Despite this, she continued to represent herself as suffering from hypersensitivity of the feet, complex regional pain syndrome, depression, and anxiety. Doctors prescribed about 25 different medications for these symptoms. From the date of the surgery to the present, Kohrumel never returned to work and was paid temporary disability amounting to two-thirds of her salary, tax free.

She represented herself as needing care 24 hours a day, seven days a week since 2004. At first, care was provided by her husband until his death in September of 2011. Then, the defendant’s father, Anton Buitendag, took over her care. All of Kohrumel’s doctors believed she was totally disabled, entitling her to potential lifetime disability benefits. Given her young age, this could have totaled several million dollars.

Recently, Kohrumel and her father began demanding that he be reimbursed for the around-the-clock care they said she needed and he provided. Buitendag was seeking $324,000 in compensation for his claimed 24 hour-a-day, seven days a week care of his daughter from September 2011 through June 2013. He claimed his services were worth more than $21 an hour, which came to about $500 per day or about $182,500 a year.

The insurance company, ESIS/AIG, disputed the amount of care she needed and said they could not legally pay Buitendag because he is a South African citizen and does not have a work Visa. Kohrumel’s attorney sought to litigate this issue before the WCAB.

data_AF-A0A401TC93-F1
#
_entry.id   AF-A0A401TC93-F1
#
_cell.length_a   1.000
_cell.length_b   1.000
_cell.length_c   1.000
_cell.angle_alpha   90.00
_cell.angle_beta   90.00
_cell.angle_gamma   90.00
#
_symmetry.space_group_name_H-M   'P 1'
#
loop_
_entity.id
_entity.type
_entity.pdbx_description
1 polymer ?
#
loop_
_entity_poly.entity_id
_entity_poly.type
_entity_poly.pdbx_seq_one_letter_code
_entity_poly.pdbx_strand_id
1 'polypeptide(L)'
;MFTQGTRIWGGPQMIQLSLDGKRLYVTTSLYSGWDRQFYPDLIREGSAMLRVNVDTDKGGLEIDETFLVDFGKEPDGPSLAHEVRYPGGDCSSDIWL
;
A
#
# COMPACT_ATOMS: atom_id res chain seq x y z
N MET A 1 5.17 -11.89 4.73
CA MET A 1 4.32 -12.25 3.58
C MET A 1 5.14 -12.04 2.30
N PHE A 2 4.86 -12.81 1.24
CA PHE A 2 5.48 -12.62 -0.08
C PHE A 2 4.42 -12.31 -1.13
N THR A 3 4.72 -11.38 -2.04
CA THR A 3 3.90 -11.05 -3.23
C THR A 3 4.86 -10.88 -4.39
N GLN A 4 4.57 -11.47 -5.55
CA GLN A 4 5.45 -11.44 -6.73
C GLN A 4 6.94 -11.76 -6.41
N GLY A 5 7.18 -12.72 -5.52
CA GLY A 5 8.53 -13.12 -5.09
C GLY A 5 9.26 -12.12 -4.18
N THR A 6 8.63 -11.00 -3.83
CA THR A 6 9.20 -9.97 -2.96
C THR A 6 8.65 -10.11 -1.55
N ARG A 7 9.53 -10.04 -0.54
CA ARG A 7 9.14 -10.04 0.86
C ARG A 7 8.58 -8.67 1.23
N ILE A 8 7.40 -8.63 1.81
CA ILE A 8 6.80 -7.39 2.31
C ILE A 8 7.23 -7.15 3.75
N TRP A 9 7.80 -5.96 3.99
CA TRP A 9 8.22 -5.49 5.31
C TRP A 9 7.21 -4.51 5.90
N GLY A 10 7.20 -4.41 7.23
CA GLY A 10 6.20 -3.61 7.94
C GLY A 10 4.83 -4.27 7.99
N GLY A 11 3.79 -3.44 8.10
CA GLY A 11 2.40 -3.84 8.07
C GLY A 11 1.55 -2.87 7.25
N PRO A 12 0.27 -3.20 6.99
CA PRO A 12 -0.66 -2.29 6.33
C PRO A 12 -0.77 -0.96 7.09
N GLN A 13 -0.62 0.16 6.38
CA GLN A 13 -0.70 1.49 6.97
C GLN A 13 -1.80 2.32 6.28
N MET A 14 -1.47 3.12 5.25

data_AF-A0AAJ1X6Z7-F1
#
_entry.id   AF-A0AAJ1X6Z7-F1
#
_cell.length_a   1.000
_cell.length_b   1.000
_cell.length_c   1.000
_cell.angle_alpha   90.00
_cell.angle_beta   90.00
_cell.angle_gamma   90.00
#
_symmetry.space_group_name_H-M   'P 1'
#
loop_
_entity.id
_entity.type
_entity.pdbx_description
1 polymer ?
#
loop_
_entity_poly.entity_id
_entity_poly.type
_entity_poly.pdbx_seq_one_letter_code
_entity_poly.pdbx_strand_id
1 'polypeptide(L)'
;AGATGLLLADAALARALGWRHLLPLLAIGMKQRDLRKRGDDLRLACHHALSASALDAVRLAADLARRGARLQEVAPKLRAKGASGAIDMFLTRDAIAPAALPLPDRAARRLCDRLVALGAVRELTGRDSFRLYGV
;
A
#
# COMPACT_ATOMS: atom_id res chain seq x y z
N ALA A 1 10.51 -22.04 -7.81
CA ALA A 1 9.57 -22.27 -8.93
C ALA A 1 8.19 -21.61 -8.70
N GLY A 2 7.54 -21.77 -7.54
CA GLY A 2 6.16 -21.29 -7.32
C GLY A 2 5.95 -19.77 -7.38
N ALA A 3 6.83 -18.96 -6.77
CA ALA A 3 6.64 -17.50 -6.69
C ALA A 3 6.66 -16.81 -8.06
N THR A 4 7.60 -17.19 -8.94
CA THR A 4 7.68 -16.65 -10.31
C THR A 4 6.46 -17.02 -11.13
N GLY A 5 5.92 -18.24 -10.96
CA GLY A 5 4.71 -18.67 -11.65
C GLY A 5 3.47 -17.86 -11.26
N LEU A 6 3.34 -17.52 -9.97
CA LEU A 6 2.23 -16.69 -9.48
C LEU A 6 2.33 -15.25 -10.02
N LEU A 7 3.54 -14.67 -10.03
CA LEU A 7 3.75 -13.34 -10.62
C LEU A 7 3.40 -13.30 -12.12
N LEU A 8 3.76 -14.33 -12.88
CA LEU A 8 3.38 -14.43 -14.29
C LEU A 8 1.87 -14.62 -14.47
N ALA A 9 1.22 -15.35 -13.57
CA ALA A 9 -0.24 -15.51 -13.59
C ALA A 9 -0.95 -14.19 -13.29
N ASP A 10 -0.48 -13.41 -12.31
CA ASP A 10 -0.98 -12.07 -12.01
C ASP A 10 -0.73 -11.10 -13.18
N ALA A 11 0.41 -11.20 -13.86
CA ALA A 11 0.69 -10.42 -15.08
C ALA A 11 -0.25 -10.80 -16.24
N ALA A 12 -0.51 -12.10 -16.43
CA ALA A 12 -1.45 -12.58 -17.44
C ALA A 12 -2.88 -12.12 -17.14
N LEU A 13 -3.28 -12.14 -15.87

In addition to the benefits the defendant received, she said needed a larger place to live as her current two bedroom apartment was not large enough for her wheelchair to navigate. The insurance company hired movers to help her start the moving process and informed the workers they would have to do everything as Kohrumel was wheelchair bound. While helping Korhumel, the movers noticed she would get out of her wheelchair for extended periods of time and lift and move heavy boxes in her garage. The movers reported what they saw to the insurance company and later filmed the defendant standing for about two hours while continuously lifting, moving and looking through boxes in her garage. Korhumel was arrested and taken into custody.

On July 10, 2013, a search warrant was executed on Korhumel’s garage and more than 20 boxes of unused prescription medication were recovered. The next day both Kohrumel and Buitendag entered guilty pleas. Korhumel pleaded guilty to eight felonies counts including insurance fraud, preparing a false document, perjury and grand theft. Butiendag pleaded guilty to three felony counts of attempted grand theft.